This is the book I’ve been waiting for. The monastic influence on wine is well-known but rarely covered in great detail in general wine books. And those written on the specific topic are now decades-old. The topic is intriguing because for centuries leading up to the French Revolution, all power and prestige lay in the hands of the ruling class and the clergy, both of whom played important roles in the mosaic of climats and quality of wines we see today in Bourgogne. In the new book “Nine Centuries in the Heart of Burgundy”, noted Bourgogne historian Gilles Platret and vintner Philippe Pascal tell the story of the rise and eventual twilight of the Cistercian order in Bourgogne, as it played out in history around a single, important daughter abbey of Citaux, La Ferté-sur-Grosne and its wine estate Cellier aux Moines located in Givry in the Cote Chalonnaise.
The book fills in many of the gaps in our knowledge of monks and wine, against the backdrop of cultural, political and economic influences of the time. It helps us gain a better understanding of the factors driving wine quality that continue to this day. And by adding emphasis on the reputations of La Ferté and Cote Chalonnaise wines, the authors elevate the image of this lesser-known and under-appreciated region of southern Bourgogne. The Cote Chalonnaise terroir is a continuation of the Cote de Beaune, and it has as long a history of viticulture and quality, and yet today it has a greater reputation for value wines. As a trusted Bourguignon colleague told me recently, if the influential Valois Dukes (1363-1477) had resided in Chalon instead of Beaune, it would be a different story.
The Cellier aux Moines in Givry
La Ferté-sur-Grosne was the first daughter abbey of Citaux established in 1113. Its wine estate Cellier aux Moines was developed ca. 1213, contemporaneously with that of Citaux’s Clos Vougeot. The quality of the wines of Cellier aux Moines begins in the terroir: south-facing slopes of stony marl and limestone, ideal for Pinot Noir. Its ideal location in Givry would enhance its eventual commercial success, being close to the important port city of Chalon-sur-Saone as well as having easy access to Beaune to the north, Lyon to the south and Autun to the west.
Monks and Wine Quality in Both the Cote Chalonnaise and Cote d’Or
According to the Rule of Saint Benedict, the monks’ manual labor was a “means of praising the Lord equal to prayer” and producing the best wine exalted Him higher. The monks had no shortage of work to do given the significant donations of vineyards granted them by the nobility, who sought to “attain heaven by paying for sins they had committed.” By the 13th century, the excess wine produced at La Ferté was sold at concessions and fairs at nearby Chalon-sur-Saone, and then throughout France. Commerce required quality and by the mid-14th century, the reputation of Givry wines was set by the market: the wines were taxed at the maximum rate for sale in Paris, equal to that of Beaune wines.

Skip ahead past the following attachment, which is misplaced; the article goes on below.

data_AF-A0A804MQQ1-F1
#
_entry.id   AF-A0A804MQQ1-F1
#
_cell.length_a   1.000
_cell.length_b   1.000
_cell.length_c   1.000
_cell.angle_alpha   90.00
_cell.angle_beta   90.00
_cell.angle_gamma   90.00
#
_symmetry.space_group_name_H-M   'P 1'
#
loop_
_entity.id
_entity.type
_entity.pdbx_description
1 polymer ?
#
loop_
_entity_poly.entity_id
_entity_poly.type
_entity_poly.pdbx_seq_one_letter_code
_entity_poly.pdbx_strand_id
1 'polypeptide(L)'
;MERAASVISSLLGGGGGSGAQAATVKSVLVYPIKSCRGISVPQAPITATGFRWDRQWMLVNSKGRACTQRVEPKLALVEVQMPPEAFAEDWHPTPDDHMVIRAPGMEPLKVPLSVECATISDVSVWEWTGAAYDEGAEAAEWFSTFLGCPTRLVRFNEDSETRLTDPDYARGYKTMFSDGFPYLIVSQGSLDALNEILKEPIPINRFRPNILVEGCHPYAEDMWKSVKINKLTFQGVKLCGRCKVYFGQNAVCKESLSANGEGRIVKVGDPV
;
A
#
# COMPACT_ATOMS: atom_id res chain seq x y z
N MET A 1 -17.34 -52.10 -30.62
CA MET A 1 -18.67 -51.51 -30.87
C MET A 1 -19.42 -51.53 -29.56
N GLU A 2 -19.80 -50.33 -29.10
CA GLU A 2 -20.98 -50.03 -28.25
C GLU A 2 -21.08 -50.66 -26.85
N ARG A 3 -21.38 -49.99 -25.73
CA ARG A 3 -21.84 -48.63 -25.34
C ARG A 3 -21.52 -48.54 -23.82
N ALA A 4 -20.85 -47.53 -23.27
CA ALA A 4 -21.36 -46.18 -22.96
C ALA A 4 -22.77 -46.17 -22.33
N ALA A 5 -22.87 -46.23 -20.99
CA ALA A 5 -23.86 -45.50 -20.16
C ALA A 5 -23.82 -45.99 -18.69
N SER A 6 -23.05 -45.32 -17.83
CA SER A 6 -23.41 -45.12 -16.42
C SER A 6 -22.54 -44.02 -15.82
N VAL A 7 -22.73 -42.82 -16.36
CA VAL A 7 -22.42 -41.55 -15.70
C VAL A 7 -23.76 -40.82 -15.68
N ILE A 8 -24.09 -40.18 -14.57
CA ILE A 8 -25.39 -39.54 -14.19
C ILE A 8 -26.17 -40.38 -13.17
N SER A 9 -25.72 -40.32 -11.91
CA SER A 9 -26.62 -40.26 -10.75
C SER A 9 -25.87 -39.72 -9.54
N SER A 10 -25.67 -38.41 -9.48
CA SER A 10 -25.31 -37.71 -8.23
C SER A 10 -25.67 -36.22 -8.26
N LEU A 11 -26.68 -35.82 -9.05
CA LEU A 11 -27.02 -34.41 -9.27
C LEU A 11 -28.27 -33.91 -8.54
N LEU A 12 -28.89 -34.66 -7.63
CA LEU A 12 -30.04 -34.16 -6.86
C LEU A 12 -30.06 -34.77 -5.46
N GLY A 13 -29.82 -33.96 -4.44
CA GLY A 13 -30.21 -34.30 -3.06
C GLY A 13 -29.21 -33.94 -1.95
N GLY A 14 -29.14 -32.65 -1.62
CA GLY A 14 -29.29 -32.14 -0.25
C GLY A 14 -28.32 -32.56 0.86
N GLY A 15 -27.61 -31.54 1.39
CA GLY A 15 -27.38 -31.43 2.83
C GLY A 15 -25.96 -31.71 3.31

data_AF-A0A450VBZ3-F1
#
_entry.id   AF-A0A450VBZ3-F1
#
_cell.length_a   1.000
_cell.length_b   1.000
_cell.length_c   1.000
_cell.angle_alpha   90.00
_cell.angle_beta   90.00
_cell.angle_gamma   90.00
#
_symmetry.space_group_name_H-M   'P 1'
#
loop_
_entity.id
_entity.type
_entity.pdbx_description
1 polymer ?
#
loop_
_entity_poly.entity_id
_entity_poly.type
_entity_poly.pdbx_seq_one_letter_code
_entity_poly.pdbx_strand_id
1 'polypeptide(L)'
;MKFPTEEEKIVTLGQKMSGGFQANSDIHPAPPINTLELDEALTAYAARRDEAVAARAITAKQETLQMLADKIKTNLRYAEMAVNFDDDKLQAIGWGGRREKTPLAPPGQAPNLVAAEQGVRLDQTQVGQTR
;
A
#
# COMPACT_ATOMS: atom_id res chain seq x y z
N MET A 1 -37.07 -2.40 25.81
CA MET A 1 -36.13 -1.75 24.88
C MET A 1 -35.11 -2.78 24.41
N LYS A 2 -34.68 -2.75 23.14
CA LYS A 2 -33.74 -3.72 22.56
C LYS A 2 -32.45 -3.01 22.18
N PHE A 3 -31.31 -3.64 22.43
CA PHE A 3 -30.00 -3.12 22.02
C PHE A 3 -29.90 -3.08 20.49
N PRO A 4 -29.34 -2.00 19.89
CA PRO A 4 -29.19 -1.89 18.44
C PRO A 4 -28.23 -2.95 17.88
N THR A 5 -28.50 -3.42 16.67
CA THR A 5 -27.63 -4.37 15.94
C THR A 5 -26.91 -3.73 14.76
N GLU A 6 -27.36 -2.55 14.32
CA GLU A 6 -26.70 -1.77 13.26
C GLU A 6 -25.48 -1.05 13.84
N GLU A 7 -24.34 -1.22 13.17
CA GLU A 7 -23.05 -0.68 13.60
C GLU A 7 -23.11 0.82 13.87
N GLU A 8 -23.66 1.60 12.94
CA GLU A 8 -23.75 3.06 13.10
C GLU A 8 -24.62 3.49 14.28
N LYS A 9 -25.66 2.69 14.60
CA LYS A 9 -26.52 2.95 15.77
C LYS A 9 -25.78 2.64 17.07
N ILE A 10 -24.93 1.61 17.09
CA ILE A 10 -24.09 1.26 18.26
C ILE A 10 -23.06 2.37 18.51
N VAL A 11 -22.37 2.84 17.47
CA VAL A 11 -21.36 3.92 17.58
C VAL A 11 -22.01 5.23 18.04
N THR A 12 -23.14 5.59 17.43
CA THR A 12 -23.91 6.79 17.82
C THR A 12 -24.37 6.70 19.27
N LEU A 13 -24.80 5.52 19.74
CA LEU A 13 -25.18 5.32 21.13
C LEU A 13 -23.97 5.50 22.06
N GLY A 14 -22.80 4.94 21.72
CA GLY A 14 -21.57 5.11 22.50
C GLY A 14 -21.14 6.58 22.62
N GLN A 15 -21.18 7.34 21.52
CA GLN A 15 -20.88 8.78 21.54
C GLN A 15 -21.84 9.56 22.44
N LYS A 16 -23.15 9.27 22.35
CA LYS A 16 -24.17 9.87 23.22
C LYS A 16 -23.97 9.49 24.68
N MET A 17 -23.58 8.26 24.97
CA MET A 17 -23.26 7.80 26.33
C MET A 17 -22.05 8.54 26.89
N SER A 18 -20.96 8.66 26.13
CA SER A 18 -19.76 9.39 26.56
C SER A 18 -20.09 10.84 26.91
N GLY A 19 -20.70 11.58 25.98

Cultivating favor with the Popes (in Avignon ca. 1309 -1403) through gifts of fine wine was also important to quality. Bourgogne prelates regularly sent wines to Avignon since the Popes often protected the abbeys in disputes. The first Duke Philippe de Valois on the other hand, made gifts “an element of his power politics” offering not only on the wines of Beaune but those of the Cote Chalonnaise as well. Ultimately, the gifts would result in purchases by the papal sommeliers and La Ferté has the distinction of having made the single largest sale in the Avignon papacy of 153 hl, at the highest relative price, in 1391.
When Duke Philip the Bold famously banned Gamay for the higher quality Pinot Noir in 1395, he cited in the ordinance as support, the specific complaints by citizens of Beaune and Chalon, considering their wines “the best and the most precious.” Even the noted historian Claude Courtépée would note about Givry in 1776, “this region, adorned with its rich coteau is the Volnai [sic] of the Chalonnais.”
An Estate Worthy of Investment
One sign of the promise of today’s Cote Chalonnaise wines is evidenced by co-author Philippe and Catherine Pascal’s acquisition of Cellier aux Moines in July 2004 and their subsequent investment in the restoration of the neglected estate. An international man of impeccable taste and standards after 20 years at luxury firm LVMH where he was also president of the Veuve Clicquot and Moet Hennessy prestige Champagne, he could have bought anywhere in Bourgogne. And yet they chose Givry. I think ultimately their core values lie in a respect for authenticity which is what Bourgogne wine is all about.
No doubt they also recognized the reputation of the Clos du Cellier aux Moines Premier Cru, of which they are the largest proprietor. I first became familiar with the Premier Cru when I externed at The French Laundry in 2005. The Domaine Joblot wine was on its highly curated Master Sommelier wine list, Joblot’s small portion of the Premier Cru being downslope from that of Domaine du Cellier aux Moines. In 2006, the Pascals took over control of their vineyards, ceased the use of chemicals and have since replanted about half of the 5 hectares with high quality vines. As Pascal not only worked at LVMH but also headed global French wine marketing firm Sopexa’s efforts in the US for a decade, he has keen perspective of wine quality and a willingness to invest in quality. The future is bright indeed in this latest era of Cellier aux Moines and the Cote Chalonnaise.
This hard cover book is painstakingly footnoted (in an interesting way), beautifully illustrated and a must-have for all lovers of wine or even European and Medieval history.
Nine Centuries in the Heart of Burgundy. By Gilles Platret and Philippe Pascal. Assouline, New York, $75